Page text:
Name: Kathryn Palm
Addiction on the Rise: Causes, Consequences, and Cures
on the Rise: Causes, Consequences, and Cures
comes in many shapes and sizes. People can be addicted to drugs,
exercise, gambling, and the internet. A broad definition of addictive
behaviors is behaviors that are compulsive and provide short-term
pleasure at the expense of more severe and long-term negative
consequences (Deckers, 2014). Addiction occurs when people separate
the experience of pleasure from its evolutionary function and pursue
pleasure as an end rather than a means to an end. Pleasure is an
evolutionary function because it is naturally derived from activities
that sustain life such as eating, drinking, and having sex. Addictive
behaviors can be separated from other behaviors because they share
five key components: mood modification, salience, tolerance,
withdrawal, compulsive use, and relapse (Deckers, 2014).
Unfortunately, due to the disinhibiting effects of social media
algorithms, sensationalist media, and video games, and due to
environmental stress, addiction and addictive behaviors are on the
rise today such that the nation is dealing with an addiction crisis.
The consequences of addiction occur at the individual and societal
level, and addiction therefore must be treated at both levels.
personality traits associated with addiction are sensation seeking
and impulsiveness. Social media algorithms on platforms like YouTube
and Facebook cater to sensation seeking personality styles by
progressively increasing the shock value of content to win views.
Internet addiction aside, when a person is exposed to this
increasingly shocking and sensational content it skews their
perception of reality and lowers their inhibition. Disinhibition is
characterized by reduced social restraint, which is associated with
the tendency to party, gamble, and engage in sexual activities
(Deckers, 2014). All these activities can also potentially become
addictions, and with social media being so widespread and accessible
to a large audience, it is affecting the culture in devastating ways.
Consequences associated with addictions include seeking pleasure at
the expense of interfering with family, social demands, work, and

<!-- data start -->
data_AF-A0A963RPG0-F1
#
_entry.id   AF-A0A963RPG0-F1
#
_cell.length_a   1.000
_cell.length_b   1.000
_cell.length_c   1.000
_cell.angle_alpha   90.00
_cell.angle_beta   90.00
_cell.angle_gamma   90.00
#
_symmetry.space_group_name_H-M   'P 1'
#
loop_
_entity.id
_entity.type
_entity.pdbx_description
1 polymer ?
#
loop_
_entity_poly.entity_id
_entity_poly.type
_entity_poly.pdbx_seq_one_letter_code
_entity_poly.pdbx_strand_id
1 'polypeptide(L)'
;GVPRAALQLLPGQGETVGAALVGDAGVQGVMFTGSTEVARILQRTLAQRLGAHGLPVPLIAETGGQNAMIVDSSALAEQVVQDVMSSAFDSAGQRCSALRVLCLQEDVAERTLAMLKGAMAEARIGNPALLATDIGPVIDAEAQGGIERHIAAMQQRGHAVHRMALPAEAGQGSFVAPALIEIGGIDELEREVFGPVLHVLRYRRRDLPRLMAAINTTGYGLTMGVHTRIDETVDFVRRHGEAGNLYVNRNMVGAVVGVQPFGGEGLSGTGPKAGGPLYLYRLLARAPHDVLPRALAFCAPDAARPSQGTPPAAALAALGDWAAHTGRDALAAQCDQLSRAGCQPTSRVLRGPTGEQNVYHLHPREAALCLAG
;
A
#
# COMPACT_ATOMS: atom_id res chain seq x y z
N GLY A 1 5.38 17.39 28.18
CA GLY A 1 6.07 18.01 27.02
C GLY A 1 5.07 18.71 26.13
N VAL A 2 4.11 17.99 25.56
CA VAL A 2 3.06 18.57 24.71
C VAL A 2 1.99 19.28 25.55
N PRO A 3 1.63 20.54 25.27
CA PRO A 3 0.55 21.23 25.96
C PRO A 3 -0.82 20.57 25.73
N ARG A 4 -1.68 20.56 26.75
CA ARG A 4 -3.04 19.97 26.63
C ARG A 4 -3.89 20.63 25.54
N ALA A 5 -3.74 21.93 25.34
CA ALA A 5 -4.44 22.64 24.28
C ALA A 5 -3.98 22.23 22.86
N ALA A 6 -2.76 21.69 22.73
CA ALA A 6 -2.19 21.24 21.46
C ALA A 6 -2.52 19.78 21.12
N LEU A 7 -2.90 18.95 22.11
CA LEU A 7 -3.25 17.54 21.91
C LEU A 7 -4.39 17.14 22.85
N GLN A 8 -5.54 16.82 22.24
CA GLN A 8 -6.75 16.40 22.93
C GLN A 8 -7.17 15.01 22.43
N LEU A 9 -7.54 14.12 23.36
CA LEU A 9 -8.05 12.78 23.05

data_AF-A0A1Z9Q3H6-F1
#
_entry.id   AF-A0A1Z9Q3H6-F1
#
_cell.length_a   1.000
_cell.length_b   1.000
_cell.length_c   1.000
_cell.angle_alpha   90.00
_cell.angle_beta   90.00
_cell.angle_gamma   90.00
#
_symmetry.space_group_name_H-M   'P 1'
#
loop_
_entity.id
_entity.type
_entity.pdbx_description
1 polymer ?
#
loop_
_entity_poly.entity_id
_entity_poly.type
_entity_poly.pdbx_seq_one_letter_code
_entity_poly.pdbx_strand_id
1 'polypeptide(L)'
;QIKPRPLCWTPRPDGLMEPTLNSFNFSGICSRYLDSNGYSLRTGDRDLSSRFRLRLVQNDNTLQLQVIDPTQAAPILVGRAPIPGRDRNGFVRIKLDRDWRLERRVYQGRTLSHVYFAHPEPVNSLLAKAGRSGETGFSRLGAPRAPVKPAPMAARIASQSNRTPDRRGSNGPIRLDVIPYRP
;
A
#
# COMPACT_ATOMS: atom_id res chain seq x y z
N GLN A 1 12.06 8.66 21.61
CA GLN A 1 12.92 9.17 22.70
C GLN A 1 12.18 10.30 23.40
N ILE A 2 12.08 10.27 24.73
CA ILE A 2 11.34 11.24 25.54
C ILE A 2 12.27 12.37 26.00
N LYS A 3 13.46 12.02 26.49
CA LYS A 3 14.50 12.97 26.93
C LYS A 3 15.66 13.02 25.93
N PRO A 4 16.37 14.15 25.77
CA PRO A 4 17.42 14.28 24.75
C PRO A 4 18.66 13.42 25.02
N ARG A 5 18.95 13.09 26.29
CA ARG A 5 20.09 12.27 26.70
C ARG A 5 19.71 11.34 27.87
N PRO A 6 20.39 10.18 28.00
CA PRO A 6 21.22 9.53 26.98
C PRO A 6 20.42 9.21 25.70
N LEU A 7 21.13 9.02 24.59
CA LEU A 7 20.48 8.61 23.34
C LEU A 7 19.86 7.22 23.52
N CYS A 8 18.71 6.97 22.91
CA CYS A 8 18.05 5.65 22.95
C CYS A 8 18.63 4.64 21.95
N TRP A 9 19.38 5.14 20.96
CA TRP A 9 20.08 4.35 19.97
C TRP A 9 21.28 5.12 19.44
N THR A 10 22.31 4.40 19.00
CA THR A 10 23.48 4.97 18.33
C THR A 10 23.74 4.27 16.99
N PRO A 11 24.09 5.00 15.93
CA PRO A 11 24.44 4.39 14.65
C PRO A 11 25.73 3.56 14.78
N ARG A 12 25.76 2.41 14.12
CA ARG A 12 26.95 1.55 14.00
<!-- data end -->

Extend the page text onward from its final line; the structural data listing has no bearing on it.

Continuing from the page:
other leisure activities, as well as needing more and more of the
stimulus to achieve pleasure after building up a tolerance over time.
This need for more can lead to overspending, dopamine depletion,
ruined relationships, and even death depending on the addiction.
social media, traditional media is known for being sensationalist.
Stories that make it on TV programs and news outlets generally
involve exaggeration. Sex and violence sell, and this can be seen in
other forms of media like video games. This tendency toward
sensationalism further ignites disinhibition in viewers and can
potentially trigger addiction. The younger audience engaging with
contemporary video game media are more apt to experiment, and
experimentation is a key precursor to addiction. Whether the
experimentation involves alcohol, cigarettes, marijuana,
psychotherapeutics, cocaine, hallucinogens, methamphetamines, or
opiates, beginning drug users are more likely to become addicted
because when satiated they underestimate the intensity of future
cravings they will have during a state of drug deprivation (Deckers,
depends on both exposure to an environment that promotes drug use and
on a genetic disposition toward addiction (Deckers, 2014) Genetic
dispositions vary by individual but environmental stress touches all.
Rising stress due to technology changes, a global economy, and
recently a worldwide pandemic contributes to the current addiction
crisis by creating a hostile environment. Stress results when life
demands exceed available coping resources either because the demand
is too great or the resources are inadequate (Lazarus & Folkman,
1984). To remedy the addiction crisis, it is necessary to reduce the
environmental stress on a societal level and individual level. Rapid
changes in technology and the market could be accompanied by
increases in education and resources, especially for older
populations who feel they cannot keep up and may be more at risk of
developing addictions to cope with negative feelings. Society could
respond to environmental stress with increased education and
resources, while individuals could respond to stress with moderator
variables, which are characteristics of the environment or of the
person that alter the relationship between stressors and stress
(Deckers, 2014). Moderator variables that help people weather
stressors are positive appraisal, high social support,
non-procrastination, good sense of humor, and high hardiness.
Cultivating appropriate societal and individual responses are
imperative in the battle against the rising addiction crisis and its
is on the rise and is not currently being addressed effectively. It
is addressed narrowly and briefly and shrouded in stigma. It may be
covered in one module of a high school health class and pertain to
psychoactive drugs only. Students are not learning that addiction
spans many behaviors outside of drugs, that addiction is a process
that begins with experimentation and underestimation, or that there
are healthy alternatives to coping with stress and negative emotions.
Addressing addiction correctly calls for a change in approach. It
calls for an increase in education on addiction itself and on the
influence of sensational culture and media. It calls for discussions
on environmental stress and stigma reduction. Finally, it calls for
an increased awareness of individual coping strategies. Addressing
addiction in these ways will dampen the current crisis that is
adversely affecting individuals and society.
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R. S., & Folkman, S. (1984). Stress,
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New York, NY: Springer Publishing Company, Inc.